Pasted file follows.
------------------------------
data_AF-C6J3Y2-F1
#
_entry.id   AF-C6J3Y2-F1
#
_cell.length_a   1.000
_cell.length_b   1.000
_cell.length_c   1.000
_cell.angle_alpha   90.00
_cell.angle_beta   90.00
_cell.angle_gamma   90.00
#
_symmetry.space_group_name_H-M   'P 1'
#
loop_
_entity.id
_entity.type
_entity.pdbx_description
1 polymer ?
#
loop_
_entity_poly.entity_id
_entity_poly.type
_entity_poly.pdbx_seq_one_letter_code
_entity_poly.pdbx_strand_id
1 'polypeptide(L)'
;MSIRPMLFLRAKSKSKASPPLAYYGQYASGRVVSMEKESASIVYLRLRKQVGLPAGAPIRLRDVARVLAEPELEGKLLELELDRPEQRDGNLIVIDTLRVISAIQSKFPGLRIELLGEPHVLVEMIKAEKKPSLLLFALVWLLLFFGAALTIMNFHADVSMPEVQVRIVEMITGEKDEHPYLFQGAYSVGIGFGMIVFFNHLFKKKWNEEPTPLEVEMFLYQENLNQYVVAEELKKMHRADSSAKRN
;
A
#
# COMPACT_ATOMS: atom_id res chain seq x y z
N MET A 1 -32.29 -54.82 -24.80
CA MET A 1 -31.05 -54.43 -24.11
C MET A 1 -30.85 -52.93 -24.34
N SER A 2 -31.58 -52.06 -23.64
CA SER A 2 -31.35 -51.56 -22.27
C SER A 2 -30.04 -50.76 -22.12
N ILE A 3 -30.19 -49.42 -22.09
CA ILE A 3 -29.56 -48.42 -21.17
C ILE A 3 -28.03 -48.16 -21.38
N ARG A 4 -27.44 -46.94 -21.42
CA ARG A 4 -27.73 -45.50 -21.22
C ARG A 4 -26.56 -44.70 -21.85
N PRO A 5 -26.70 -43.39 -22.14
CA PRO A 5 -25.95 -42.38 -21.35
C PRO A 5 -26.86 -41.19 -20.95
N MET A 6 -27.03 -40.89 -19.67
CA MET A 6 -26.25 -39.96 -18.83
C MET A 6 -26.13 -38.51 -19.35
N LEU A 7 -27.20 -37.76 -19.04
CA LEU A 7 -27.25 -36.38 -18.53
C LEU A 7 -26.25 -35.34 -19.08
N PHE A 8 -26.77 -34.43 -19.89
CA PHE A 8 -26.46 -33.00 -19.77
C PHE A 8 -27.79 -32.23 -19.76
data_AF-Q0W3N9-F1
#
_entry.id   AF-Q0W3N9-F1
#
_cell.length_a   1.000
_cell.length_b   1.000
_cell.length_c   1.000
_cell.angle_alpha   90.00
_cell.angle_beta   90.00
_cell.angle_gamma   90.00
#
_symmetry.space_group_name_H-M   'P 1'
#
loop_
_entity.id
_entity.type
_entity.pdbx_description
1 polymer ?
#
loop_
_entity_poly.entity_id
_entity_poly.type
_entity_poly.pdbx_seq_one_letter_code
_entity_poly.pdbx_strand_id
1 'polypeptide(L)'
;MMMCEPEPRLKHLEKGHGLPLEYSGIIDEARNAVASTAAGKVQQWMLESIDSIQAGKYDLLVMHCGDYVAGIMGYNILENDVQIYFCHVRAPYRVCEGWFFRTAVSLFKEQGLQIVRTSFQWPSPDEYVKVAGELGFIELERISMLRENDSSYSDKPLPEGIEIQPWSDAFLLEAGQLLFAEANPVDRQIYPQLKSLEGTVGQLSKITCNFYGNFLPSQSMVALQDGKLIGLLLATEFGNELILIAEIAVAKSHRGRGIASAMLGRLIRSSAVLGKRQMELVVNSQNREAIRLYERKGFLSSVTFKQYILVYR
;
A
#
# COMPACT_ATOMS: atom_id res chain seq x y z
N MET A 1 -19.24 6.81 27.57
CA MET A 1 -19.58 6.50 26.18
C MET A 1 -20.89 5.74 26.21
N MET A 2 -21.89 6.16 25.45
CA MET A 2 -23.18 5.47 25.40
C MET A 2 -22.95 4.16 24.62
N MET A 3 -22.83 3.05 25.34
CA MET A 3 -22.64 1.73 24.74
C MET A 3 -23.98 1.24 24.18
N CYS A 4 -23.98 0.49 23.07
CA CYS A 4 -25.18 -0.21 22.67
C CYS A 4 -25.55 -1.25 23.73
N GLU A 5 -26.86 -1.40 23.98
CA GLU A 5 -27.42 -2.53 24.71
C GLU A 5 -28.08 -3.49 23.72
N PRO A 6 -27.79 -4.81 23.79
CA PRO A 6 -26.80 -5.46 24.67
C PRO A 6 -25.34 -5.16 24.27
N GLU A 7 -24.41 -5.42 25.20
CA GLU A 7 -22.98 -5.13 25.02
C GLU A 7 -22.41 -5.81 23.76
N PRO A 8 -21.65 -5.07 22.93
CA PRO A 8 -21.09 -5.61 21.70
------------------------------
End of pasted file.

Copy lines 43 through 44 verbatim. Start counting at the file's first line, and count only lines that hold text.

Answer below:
N PRO A 5 -26.70 -43.39 -22.14
CA PRO A 5 -25.95 -42.38 -21.35